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Monday, November 28, 2016

How bad can it get and still be good?

We're continuing in Ezekiel this week, living among the exiles as they wait for the other shoe to fall. The story kind of begs the question, how bad can it get and still be in God's hands. Ezekiel had a faith we might all need to share, and message we might all need to heed.

(36) Prophet to the Exiles - Ezekiel

We’ll look at Ezekiel 12 later, as it describes a visual parable of a captive people’s escape. For now, we continue looking at why the people are captive in the first place. Ezekiel has 4 years (Read Ezekiel 20:1, 591 BC) in which to explain to the people why they can’t go home and won’t have a home to go back to.

Jerusalem is under attack. How do we defend ourselves when we feel attacked?

1.       Read Ezekiel 13:1-7 How might someone recognize if prophecy comes from their own heart rather than from God? By the time it’s fulfilled might be too late.

2.       What do the false prophets tell people to do or not do? Are these real or metaphorical walls? How do we choose between trusting God and taking action to help ourselves?

3.       Read Ezekiel 13:10-12. What might be modern parables for this?

4.       Read Ezekiel 13:17-19. So women are prophets too, and women are false prophets too. What are they doing, and why? (And how does this fit with women wearing veils on their heads out of modesty?)

5.       Are there any modern parallels to magic charms?

6.       Read Ezekiel 13:20-21. Does this mean magic works?

The exiled leaders come to Ezekiel for advice. Who would we turn to?

1.       Read Ezekiel 14:1-3. What idols do we set up in our hearts?

2.       Read Ezekiel 14:7-8. How do our idols separate us from God?

3.       Read Ezekiel 14:9-11. Why should the prophet be punished?

4.       Read Ezekiel 14:12-14. What do Noah, Daniel and Job have in common?

5.       Read Ezekiel 14:13,15,17,19,21. Why four beasts? Is an increase in trials really a prequel to the end-times?

6.       Read Ezekiel 14:22. Can you think of other situations in the Bible where a remnant brought hope? Read 1 Kings 19:18,2 Kings 17:18, Jeremiah 39:10, Nehemiah 1:2, Romans 9:27,Romans 11:5 Is it always a good thing to be part of the remnant?

7.       Read Ezekiel 15:2-5. What was Israel “made” for? What were we made for? (Read verses 6-8)

Ezekiel tells a parable of Israel’s relationship with God. How would we describe our church’s/our nation’s relationship, from birth to the present day?

1.       Read Ezekiel 16:2-5. Babies were washed, named, rubbed with salt, and loved in Palestinian tradition. Why would a baby be abandoned like this? What does it tell us about what we might deserve from God?

2.       Read Ezekiel 16:6-7. God names the baby, “Live.” What kind of love does he show it? How does he show us this kind of love?

3.       Read Ezekiel 16:8,13. God changes the name to “Mine.” What kind of love does he show now? How does he show us this kind of love?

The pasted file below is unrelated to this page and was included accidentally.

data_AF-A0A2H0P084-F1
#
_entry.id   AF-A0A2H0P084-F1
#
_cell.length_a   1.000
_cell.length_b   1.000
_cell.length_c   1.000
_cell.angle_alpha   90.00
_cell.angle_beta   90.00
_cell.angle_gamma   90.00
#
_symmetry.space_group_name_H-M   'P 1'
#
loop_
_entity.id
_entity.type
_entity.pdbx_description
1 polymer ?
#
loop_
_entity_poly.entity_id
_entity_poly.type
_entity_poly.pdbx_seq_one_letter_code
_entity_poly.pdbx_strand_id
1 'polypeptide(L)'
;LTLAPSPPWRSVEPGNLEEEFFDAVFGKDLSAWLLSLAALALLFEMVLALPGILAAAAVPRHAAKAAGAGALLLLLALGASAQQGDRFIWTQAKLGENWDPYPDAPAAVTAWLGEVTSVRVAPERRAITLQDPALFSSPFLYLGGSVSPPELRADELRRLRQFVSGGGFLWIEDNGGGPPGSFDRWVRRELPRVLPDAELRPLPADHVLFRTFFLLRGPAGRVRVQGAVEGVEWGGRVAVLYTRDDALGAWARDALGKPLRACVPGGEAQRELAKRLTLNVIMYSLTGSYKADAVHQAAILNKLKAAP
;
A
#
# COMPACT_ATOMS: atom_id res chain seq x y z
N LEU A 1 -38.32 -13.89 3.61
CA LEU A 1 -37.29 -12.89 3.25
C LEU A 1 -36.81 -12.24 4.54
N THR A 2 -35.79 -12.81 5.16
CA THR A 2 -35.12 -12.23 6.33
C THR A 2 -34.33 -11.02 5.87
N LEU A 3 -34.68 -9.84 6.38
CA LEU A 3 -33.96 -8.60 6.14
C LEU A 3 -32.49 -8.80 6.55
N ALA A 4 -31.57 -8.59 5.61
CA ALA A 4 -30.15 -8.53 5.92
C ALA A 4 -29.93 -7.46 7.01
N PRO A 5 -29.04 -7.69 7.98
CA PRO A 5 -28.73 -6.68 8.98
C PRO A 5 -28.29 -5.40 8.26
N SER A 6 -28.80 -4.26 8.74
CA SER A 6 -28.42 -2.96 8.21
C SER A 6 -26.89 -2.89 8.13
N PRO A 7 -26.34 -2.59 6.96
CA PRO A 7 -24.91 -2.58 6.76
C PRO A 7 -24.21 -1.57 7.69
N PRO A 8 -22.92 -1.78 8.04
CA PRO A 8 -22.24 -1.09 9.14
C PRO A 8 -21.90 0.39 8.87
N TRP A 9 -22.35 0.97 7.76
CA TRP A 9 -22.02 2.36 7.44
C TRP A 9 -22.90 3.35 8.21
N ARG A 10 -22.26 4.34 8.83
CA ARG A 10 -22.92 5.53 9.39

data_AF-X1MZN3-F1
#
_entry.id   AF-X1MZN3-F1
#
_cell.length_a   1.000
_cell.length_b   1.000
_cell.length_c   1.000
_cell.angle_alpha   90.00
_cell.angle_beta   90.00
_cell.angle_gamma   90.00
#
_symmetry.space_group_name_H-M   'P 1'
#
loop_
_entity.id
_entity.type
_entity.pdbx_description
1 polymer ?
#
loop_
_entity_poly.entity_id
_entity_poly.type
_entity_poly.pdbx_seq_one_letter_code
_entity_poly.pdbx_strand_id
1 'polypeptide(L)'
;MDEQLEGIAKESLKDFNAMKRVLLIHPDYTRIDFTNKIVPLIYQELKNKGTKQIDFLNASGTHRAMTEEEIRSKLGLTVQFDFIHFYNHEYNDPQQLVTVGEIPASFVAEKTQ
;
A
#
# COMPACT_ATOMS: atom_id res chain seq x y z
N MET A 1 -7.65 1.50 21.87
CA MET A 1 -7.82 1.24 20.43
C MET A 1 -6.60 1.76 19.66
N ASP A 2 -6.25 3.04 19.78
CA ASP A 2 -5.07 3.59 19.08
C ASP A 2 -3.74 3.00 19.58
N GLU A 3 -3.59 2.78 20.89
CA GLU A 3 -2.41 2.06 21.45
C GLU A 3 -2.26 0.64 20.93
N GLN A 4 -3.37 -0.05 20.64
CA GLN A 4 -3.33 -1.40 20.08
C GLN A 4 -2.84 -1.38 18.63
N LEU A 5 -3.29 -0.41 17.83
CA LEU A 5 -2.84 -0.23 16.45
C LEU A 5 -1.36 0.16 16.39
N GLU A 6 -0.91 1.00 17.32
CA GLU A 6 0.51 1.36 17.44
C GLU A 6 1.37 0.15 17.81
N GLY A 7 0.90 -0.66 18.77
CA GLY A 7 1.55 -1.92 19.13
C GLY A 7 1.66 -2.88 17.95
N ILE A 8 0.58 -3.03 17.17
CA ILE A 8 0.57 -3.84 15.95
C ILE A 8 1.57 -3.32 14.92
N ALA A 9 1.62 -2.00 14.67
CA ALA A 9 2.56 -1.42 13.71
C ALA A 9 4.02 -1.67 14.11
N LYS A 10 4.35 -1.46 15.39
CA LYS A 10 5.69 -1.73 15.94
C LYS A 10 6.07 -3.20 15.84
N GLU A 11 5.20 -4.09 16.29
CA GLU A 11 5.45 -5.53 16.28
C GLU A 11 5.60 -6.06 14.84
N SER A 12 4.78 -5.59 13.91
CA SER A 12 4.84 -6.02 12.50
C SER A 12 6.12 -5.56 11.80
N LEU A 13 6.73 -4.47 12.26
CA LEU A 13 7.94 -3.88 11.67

4.       Read Ezekiel 16:15-19. How do these images relate to images of worship? How do we play the harlot with what God has given us?

5.       Read Ezekiel 16:20-21. Why did they give their children to the flames? Remembering those metaphorical walls, has this got anything to do with abortion and child sacrifice, or is something else going on?

6.       Read Ezekiel 16:24. How did Israel “build itself a shrine”? And how do we?

7.       Read Ezekiel 16:26-29. Do you remember what parts of Jewish history are being referred to here? Do you think they remembered?

8.       Read Ezekiel 16:44-47. Remembering back to the beginning of the chapter (and the parable), who might be Israel’s “mother”? If there is a battle between our father’s and mother’s spiritual genes in our lives, who is our “mother”?

9.       Read Ezekiel 16:60-61. So there is hope. But what does this hope mean for Israel’s neighbors? For us?

Ezekiel tells the parable of the Eagle and the Vine in chapter 17. Read Ezekiel 17:1-10,22-24. Remembering that eagles represent Babylon and Israel is God’s vine, how does this fit what is happening back in Jerusalem? What does it promise for the future?

Ezekiel then goes on to set rules for God’s people, starting from another popular proverb. Read Jeremiah 31:29, Ezekiel 18:-3-4. What do you think the proverb was being used to imply?

1.       Can you paraphrase Ezekiel 18:4-18 in modern terms?

2.       Read Ezekiel 18:21-23. How does remind us of New Testament promises?

3.       Read Ezekiel 18:24. What does this mean? Can we really say once saved, always saved?

4.       Read Ezekiel 18:25. Even in Old Testament times, people still said “Not fair!” Do we want God to be fair?

5.       Read Ezekiel 18:32. How might we do this today?

Four years before the fall of Jerusalem, the elders come to Ezekiel to hear God’s word. Read Ezekiel 20:2-4. How does Ezekiel feel about these people? How does God feel about them?

1.       God recites a history of his relationship with his people. In the New Testament, various sermons are based on the history of God’s relationship with his people. How important is it to know our spiritual history?

2.       Read Ezekiel 20:33. Why is God furious? What makes us furious?

3.       Read Ezekiel 20:34-36. What does God do in his fury? What do we do in ours?

4.       Read Ezekiel 20:45-49. Who else spoke in parables?

5.       Read Ezekiel 21:3-5. God says his sword will not return – does this remind you of royal edicts at the time? What image does it convey of God?

6.       Read Ezekiel 21:13. Why can’t Jerusalem be spared? Should we expect to be spared?


7.       Read Ezekiel 21:14-17. What do you think Ezekiel is doing while he speaks these words? Why might God use actions, parables, etc to convey his meaning?

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